Personally If that were my sword though I'd be tempted to try and turn it into a 'fake' antique.

'Reserve your right to think, for even to think wrongly is better than not to think at all'

'To teach superstitions as truth is a most terrible thing'

Hypatia of Alexandria, c400AD
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Chad Arnow
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PostPosted: Sun 18 Jul, 2010 8:41 am    Post subject:         Reply with quote

If it broke like that, it may have had heat treat issues which might make anything you turn it into subject to similar breakage.
Happy

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Philip Montgomery




Location: Houston
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PostPosted: Sun 18 Jul, 2010 10:42 am    Post subject:         Reply with quote

Joe Fults wrote:
Would love to see some close shots of the broken seam/section/split of the blade.


Joe, here is a broken end. I apologize for the quality of the picture. My iPhone will not take a better picture. I doubt if this photo will help you much.



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blade-end broken2.JPG


Philip Montgomery
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"A broken sword blade fwipping through the air like a scythe through rye does demand attention."
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David Teague




Location: Anchorage, Alaska
Joined: 25 Jan 2004

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PostPosted: Sun 18 Jul, 2010 11:00 am    Post subject:         Reply with quote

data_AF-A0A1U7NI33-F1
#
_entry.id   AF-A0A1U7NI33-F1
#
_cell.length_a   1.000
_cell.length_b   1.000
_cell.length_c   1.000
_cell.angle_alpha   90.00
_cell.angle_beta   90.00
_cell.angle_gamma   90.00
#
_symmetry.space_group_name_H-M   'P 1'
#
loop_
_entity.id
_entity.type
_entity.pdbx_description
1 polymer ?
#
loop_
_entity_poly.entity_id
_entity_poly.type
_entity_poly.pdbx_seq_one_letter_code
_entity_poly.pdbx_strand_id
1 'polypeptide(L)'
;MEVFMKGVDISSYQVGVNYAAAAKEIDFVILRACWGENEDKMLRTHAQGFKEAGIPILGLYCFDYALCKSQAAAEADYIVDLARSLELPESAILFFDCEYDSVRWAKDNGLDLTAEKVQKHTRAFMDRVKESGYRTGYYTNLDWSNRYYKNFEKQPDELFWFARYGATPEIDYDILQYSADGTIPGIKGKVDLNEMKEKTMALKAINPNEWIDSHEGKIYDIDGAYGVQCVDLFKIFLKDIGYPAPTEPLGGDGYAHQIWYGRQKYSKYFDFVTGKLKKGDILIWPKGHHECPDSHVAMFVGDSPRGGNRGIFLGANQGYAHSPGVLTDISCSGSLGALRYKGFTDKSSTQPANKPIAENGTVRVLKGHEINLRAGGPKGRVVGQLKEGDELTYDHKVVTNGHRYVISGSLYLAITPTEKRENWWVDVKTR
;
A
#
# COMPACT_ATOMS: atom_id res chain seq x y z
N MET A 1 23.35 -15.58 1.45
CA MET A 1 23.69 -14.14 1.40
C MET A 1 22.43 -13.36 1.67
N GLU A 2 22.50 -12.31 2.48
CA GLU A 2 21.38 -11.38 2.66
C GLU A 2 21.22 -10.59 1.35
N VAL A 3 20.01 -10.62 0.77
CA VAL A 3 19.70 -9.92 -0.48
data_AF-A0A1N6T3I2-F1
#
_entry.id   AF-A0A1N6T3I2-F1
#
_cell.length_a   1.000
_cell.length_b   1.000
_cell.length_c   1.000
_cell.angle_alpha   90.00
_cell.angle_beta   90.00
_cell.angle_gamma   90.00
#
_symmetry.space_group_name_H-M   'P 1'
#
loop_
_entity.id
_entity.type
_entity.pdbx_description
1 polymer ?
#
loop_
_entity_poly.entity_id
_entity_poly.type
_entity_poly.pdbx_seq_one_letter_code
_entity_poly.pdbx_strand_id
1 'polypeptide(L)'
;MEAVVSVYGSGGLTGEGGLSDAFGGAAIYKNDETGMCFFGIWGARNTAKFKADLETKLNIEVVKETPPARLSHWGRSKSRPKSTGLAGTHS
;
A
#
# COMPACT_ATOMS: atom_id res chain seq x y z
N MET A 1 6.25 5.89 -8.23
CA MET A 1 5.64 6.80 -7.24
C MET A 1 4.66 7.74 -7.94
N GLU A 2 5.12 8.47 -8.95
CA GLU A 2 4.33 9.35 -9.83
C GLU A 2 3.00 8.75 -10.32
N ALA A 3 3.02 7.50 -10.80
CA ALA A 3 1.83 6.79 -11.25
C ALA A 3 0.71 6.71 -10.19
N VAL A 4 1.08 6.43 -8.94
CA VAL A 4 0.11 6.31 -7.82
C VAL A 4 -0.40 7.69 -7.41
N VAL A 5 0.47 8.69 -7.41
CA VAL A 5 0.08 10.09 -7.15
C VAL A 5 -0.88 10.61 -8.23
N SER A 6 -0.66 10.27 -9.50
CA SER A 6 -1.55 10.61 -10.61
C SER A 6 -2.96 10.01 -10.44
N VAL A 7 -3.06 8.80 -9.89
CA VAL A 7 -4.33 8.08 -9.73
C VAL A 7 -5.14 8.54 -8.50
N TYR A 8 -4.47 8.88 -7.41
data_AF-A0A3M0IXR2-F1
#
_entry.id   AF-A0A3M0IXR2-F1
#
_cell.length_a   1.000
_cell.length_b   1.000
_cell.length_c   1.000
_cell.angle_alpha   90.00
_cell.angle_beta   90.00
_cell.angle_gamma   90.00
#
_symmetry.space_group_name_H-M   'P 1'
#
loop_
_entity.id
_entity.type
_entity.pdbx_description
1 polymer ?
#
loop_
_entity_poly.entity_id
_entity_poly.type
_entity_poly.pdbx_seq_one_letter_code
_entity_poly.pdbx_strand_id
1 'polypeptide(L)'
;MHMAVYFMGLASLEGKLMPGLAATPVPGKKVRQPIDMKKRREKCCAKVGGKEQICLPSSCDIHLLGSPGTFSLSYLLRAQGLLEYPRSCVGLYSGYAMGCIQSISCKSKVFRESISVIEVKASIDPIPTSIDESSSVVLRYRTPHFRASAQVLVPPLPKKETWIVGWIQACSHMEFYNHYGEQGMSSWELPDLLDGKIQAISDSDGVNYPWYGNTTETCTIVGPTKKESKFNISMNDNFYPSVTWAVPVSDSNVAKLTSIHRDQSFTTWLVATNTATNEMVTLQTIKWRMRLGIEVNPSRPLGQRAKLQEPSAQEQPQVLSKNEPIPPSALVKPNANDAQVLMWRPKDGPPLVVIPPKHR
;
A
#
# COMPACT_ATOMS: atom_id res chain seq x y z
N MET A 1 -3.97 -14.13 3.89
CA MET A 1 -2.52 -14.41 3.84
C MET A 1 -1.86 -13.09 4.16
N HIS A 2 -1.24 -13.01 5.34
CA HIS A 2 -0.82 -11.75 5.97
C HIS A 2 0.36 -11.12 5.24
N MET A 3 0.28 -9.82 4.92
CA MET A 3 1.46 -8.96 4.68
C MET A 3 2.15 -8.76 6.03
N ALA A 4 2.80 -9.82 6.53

You know, they might just replace that since it broke.

Ping em.

Cheers,

David

This you shall know, that all things have length and measure.

Free Scholar/ Instructor Selohaar Fechtschule
The Historic Recrudescence Guild

"Yea though I walk through the valley of death, I will fear no evil: for Thou's sword art is with me; Thy poleaxe and Thy quarterstaff they comfort me."
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Connor Ruebusch




Location: Cincinnati
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PostPosted: Sun 18 Jul, 2010 3:43 pm    Post subject:         Reply with quote

I'd think you could turn that tip portion into a cool spear head, or perhaps a dagger. I have a vision of a sort of baselard without the crosspieces. If you have the capabilities to grind down the edges, would that be too difficult to sandwich the new "tang" in two pieces of wood? I dunno. The hilt end could make a cool seax, but I don't know how the fullered blade geometry would lend itself to that end...
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JE Sarge
Industry Professional



PostPosted: Sun 18 Jul, 2010 3:48 pm    Post subject:         Reply with quote

Wow. No wonder every other vendor has them on sale for $150.00.